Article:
10 Questions

You know what we do, but do you know who we are? Read 10 Questions

At NCSC, we’re proud of the research we do, the advice we give and the education we provide to our colleagues in the courts. And we’re proud of the people who do that work.

Meet the analysts, researchers, consultants and others who make NCSC a great place.


Michelle White

Title: Principal Court Management Consultant
Division: Court Consulting Services
Office: Winchester, Va.
Started at NCSC: December 2012

 

"There are places where opioids are a huge issue and are tearing up communities, but I don’t know of any place that’s completely untouched by this problem. We need to determine where courts can make the biggest difference. We all need to work together on this."

Michelle White, the National Center’s lead staffer on the National Judicial Opioid Task Force, once worked as a probation and parole officer in Virginia. There was a warrant for a person she couldn’t find, so she spotted Neal White, a police officer, in a courthouse and asked for his help. “It didn’t hurt that he was cute,” she said of the officer, who said he would be glad to help. They started dating not long afterward and ended up getting married. All these years later, she jokes that her husband still hasn’t located the guy she needed to find. Michelle, who has an 8-year-old son and a 2-year-old daughter now, works in Winchester, Va., where she has lived most of her life.

How would you describe Winchester to someone who hasn’t been there? Geographically, it’s very near the northwest tip of Virginia, on two sides surrounded by West Virginia. I often tell people, “I almost live in West Virginia.” … Winchester’s claim to fame is the Shenandoah Apple Blossom Festival. …It’s a week-long event, and it seems like the whole world descends on our little town for that.

And Patsy Cline is from Winchester. Oh, yeah, she’s a very big deal around here.

Can you tell us about what it’s like being a parole officer? I imagine it’s like herding cats. As a probation and parole officer, I was responsible for between 75 and 95 people at any given time. …What was it like? There were a lot of challenges. We say some folks needed to be rehabilitated, and some folks needed to be habilitated. They didn’t have people in their lives who taught them things they needed to know. It wasn’t an easy job.

Tell me about the craziest thing that happened to you while you were a parole officer. The craziest things happen when you do home visits, and you see people in their natural environments. You see how they live – the good and the bad of that. They show you what they’re proud of, and you also see people in dire circumstances, abject poverty, abuse. I had some ridiculous experiences. It seemed like everyone I checked on had a dog, and one time a dog did his business  on my leg. Another time I went to a house and found a person who wasn’t supposed to be there, hiding in a closet, half naked. You see a lot of things doing that job.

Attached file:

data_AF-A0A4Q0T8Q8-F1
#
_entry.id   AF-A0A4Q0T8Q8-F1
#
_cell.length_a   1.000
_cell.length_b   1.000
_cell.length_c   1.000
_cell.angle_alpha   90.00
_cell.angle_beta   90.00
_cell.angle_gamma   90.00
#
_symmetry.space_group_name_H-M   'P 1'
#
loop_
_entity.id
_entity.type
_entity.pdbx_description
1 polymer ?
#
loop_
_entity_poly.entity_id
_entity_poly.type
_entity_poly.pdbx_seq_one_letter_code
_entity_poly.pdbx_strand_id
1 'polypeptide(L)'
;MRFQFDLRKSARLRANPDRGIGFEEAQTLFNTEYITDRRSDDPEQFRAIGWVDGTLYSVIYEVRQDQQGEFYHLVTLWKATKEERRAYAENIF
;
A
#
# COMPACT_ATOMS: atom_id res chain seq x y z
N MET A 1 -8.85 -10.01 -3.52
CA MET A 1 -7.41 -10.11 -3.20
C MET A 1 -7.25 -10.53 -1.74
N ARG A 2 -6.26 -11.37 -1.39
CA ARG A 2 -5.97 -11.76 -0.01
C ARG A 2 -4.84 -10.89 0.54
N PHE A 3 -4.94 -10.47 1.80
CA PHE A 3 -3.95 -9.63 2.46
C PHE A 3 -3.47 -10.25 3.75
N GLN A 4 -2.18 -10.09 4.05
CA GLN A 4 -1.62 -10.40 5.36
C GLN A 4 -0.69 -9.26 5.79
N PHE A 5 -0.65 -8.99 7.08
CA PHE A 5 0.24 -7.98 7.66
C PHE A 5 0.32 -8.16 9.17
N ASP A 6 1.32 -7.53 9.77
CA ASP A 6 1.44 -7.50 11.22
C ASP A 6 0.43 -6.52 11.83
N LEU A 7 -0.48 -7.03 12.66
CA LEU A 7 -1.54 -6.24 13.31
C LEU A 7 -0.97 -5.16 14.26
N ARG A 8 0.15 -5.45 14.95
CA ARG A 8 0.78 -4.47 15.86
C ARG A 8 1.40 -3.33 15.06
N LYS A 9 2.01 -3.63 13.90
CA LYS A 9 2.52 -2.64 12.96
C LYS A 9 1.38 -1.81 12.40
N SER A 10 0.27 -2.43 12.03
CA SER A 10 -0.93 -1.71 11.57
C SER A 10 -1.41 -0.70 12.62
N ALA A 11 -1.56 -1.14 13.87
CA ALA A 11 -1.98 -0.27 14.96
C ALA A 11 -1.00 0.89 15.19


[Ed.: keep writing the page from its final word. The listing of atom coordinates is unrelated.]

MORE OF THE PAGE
What was the best part and worst part of being a drug court program manager? The best part is when participants are successful, really working hard on their recovery, going to school, supporting their families, just shining as human beings. The worst part is when they were not successful. There was a young person who overdosed and died. That’s very tough.

Do you know anyone personally who has suffered from drug abuse or addiction? A member of my own family, and family members of friends. This really has permeated our society. I think if someone says they don’t know anyone, maybe they’re not being honest.

And now you’re the lead staff person on the National Judicial Opioid Task Force. What’s your biggest challenge? There are places where opioids are a huge issue and are tearing up communities, but I don’t know of any place that’s completely untouched by this problem. We need to determine where courts can make the biggest difference. We all need to work together on this.

What’s something about you that surprises people when they hear about it for the first time? About 20 years ago, I was a police officer for a short time. People look at me, and I have to assume that surprises them. I’m 5-feet-4 and 100 pounds soaking wet.

Have you ever met anyone famous? I’m a huge Dallas Cowboys fan. Huge! When I was in college, I worked at a law firm in Northern Virginia, and I was at the front desk, and this man walked in. He had the broadest shoulders I’ve ever seen. He was one of those people who just blocked out the sun. He walked up to me and said, “So, I understand you’re a Cowboys fan.” And I said, “Yes, sir.” It was (Washington Redskins great) John Riggins (a good friend of a partner at the law firm), and he just laughed, and I laughed. …I knew who he was. I just cannot imagine being on a football field and staring him down.

Who do you admire most, and why? My grandmother just passed a couple of weeks ago. She was 96, and she lived one of those lives that we say she should have written a book. She grew up very poor in a very rural part of western Maryland. She got married young to a man who became an FBI agent, and she followed him across the country. I admire that she didn’t seem afraid to do or try much. She wasn’t afraid to stand up for herself. She put her family above everything else, and she was fun. She was my friends’ surrogate grandmother. She was sweet but also ornery and savvy. She was the grandmother I hope to be someday.